McGarity said there is still no timetable and no legwork has been done.
The cost had been estimated at about $15 million, but McGarity said the price tag isn’t yet known.
Facility improvements for tennis and equestrian are also needed.
McGarity called the indoor practice a “persistent issue,” sort of an elephant in the room.
“We’ll talk and discuss it with our board,” he said.
Fierce full pads
Georgia had a spirited first day of full pads work this preseason on Tuesday with some physical 3-on-3 drills that left both the offense and defense charged up.
There were several players not taking part in the contact or sitting out the entire practice.
Defensive coordinator Jeremy Pruitt said both would be “fine,” but Georgia hasn’t provided information on either’s injury. Fenteng has an apparent arm or shoulder injury.
Pruitt looking for more DBs ready to play ‘winning football’
Pruitt says he doesn’t think he has a secondary at Georgia ready to play “winning football” after just four preseason practices.
The Bulldogs’ defensive coordinator coaches the defensive backs. It’s a group that lost some key components this offseason and gained several new pieces with newcomers.
“Right now the big thing is we’ve got to figure out who the right guys to coach are,” Pruitt said Tuesday at midday, a few hours before Georgia holds its first full pads practice of August. “That’s what we’re trying to figure out. We’re starting to narrow it down a little bit. We have not fixed the depth chart. I feel like right now I’ve got one guy that’s playing the way it’s supposed to be played in the secondary and we’ve got to find a lot more than that.”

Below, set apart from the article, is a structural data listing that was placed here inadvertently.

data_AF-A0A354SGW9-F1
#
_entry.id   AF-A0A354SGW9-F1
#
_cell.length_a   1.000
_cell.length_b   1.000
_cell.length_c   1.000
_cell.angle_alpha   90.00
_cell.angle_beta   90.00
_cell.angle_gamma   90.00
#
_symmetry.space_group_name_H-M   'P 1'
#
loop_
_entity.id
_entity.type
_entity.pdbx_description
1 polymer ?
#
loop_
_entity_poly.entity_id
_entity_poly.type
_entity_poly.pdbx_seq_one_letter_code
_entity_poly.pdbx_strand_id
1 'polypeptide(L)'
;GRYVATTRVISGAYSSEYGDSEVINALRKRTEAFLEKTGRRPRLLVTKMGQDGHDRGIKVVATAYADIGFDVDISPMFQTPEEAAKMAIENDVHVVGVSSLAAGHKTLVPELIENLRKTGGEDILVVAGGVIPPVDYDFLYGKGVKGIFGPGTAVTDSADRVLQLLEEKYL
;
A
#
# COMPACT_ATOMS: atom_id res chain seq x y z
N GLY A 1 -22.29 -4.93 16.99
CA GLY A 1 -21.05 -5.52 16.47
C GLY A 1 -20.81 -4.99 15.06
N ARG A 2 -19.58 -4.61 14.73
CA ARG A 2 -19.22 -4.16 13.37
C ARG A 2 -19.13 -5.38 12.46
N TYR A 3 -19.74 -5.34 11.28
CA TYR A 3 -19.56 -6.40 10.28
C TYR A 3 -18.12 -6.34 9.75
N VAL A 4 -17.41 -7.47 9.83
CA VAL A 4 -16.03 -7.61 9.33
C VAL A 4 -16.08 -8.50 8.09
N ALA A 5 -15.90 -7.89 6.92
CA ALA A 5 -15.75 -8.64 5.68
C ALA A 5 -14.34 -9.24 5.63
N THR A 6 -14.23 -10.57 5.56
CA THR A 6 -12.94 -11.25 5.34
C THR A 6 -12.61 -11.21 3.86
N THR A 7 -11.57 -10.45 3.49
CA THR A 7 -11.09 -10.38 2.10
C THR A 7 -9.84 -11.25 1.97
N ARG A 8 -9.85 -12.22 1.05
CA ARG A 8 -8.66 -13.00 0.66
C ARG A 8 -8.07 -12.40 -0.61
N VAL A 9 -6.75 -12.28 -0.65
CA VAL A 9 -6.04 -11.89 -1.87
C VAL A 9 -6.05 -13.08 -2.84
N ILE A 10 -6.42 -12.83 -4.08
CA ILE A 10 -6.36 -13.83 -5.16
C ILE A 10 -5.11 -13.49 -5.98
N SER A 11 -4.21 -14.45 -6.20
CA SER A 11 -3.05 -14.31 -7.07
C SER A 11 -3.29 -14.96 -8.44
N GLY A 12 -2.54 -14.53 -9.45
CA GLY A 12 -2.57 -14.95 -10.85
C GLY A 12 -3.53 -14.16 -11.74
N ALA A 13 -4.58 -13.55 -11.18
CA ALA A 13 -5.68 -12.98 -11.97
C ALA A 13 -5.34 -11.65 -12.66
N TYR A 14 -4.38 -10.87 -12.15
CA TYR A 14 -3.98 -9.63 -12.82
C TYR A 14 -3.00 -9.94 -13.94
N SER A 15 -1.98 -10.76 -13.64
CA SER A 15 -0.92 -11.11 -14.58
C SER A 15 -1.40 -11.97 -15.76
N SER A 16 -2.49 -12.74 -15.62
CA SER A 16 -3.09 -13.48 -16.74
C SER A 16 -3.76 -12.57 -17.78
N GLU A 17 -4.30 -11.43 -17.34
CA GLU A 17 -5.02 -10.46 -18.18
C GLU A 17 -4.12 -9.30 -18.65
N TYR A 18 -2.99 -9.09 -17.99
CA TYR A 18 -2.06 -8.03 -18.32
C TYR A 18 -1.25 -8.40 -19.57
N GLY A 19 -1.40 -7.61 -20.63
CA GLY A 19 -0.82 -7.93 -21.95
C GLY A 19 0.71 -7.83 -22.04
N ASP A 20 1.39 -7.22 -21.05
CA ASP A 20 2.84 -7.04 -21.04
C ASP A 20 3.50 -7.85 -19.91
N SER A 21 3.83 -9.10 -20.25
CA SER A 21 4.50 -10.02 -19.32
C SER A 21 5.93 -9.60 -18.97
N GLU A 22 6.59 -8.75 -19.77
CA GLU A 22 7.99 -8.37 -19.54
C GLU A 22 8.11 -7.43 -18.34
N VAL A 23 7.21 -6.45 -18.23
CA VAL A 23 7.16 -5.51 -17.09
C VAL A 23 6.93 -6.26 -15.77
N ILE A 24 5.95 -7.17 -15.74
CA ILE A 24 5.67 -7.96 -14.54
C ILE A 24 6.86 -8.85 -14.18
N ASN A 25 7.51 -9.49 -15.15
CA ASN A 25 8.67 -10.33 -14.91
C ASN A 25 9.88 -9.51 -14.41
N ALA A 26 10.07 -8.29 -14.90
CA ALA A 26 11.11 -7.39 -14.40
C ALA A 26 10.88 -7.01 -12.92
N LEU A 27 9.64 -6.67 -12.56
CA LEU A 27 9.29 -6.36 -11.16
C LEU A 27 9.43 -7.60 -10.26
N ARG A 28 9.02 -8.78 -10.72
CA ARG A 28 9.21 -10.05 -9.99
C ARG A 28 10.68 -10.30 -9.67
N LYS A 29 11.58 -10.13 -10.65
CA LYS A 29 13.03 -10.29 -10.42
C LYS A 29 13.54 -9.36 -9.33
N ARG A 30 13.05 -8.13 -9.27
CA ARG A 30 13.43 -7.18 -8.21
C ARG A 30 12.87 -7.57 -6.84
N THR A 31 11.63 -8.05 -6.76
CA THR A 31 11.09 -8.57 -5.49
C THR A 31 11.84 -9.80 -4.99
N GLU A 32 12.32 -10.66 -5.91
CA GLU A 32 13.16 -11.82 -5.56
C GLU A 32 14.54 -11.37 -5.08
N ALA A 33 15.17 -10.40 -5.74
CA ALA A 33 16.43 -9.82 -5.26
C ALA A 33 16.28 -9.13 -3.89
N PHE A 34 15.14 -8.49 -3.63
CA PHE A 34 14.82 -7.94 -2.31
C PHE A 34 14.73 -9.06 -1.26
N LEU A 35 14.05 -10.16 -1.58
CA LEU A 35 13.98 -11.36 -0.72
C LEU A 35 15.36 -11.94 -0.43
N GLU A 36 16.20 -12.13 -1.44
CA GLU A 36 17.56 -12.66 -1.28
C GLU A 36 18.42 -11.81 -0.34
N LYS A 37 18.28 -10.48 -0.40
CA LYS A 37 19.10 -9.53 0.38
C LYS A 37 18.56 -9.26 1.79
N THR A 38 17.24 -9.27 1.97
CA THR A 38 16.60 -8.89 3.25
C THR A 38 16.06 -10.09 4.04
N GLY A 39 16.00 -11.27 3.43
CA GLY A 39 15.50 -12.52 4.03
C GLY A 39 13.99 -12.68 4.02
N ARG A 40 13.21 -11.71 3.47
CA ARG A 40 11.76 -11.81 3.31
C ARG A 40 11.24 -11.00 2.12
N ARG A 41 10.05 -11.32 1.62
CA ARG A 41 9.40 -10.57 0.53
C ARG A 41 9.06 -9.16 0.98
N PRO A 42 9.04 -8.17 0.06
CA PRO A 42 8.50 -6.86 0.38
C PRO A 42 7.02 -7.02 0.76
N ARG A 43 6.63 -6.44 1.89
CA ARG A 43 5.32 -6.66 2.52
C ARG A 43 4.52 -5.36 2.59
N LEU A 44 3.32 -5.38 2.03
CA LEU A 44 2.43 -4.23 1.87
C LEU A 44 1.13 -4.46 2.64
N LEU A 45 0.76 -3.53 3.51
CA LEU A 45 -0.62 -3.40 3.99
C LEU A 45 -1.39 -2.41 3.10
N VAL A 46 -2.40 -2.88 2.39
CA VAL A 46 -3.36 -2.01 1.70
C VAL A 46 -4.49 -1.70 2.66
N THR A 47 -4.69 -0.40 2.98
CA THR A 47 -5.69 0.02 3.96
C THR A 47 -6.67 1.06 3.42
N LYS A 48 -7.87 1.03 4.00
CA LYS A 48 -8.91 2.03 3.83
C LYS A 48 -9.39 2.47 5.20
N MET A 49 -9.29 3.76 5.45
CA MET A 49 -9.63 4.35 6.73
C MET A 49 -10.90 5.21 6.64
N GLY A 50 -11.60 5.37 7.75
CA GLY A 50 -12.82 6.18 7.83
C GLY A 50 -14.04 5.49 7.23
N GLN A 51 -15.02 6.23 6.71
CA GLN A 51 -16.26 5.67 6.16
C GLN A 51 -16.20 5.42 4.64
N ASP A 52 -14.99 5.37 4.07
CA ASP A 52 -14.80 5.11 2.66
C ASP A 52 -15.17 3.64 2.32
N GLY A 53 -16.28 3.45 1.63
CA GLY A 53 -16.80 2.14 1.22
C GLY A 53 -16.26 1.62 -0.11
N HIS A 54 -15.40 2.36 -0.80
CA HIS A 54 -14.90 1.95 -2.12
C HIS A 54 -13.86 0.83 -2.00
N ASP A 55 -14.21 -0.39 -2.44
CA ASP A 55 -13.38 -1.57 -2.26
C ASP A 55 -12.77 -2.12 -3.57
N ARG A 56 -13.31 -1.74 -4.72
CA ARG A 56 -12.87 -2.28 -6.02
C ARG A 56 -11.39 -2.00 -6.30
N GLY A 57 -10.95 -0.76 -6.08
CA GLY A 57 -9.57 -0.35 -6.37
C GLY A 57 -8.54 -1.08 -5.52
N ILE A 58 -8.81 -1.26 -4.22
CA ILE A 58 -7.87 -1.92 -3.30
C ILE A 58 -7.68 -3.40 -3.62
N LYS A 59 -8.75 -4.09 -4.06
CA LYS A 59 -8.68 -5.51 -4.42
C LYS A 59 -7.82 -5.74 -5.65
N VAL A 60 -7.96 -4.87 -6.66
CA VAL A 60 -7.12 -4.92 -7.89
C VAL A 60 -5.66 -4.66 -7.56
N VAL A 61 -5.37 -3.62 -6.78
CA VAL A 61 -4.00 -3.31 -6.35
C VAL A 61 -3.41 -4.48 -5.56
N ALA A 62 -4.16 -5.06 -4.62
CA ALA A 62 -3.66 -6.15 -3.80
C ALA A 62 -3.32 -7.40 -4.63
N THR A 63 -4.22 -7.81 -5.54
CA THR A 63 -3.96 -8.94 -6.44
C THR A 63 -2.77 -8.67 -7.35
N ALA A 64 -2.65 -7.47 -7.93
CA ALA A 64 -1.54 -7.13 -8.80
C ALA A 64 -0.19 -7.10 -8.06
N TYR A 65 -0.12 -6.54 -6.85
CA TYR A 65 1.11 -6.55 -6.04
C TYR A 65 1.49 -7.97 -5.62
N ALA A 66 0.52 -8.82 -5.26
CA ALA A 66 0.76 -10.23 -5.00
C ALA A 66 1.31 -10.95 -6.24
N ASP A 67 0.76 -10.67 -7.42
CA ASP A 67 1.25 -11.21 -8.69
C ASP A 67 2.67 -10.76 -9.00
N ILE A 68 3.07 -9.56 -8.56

That one guy is senior cornerback Damian Swann, the most experienced player on the back end.
Pruitt is working with a bunch of new faces: cornerbacks Malkom Parrish, Shattle Fenteng, Shaq Jones and Rico Johnson and safety Dominick Sanders. Redshirt freshmen safeties Reggie Wilkerson and Tramel Terry are also in the mix.
“They’re just not complete football players yet, but they’re young, they’re babies,” Pruitt said. “And that goes back to realistic expectations. I’m not disappointed in any of them, but we’re talking about guys playing winning football. That’s what it’s all about. Right now we’ve got one guy that can play winning football. We’ve got 10 or 11 other guys that possibly could. Are they there yet? Not yet.”
This and that
Georgia practiced for the first time this preseason on the grass fields that were replaced last week.
Offensive coordinator Mike Bobo said about 90 percent of the offense has been installed so far. “You basically throw everything at them and kind of see what sticks, not for them but for your team as an identity. Trying to figure out what you’re going to be and who you’re going to be.”
Georgia will practice twice on Wednesday, the first time this preseason it’s had double sessions.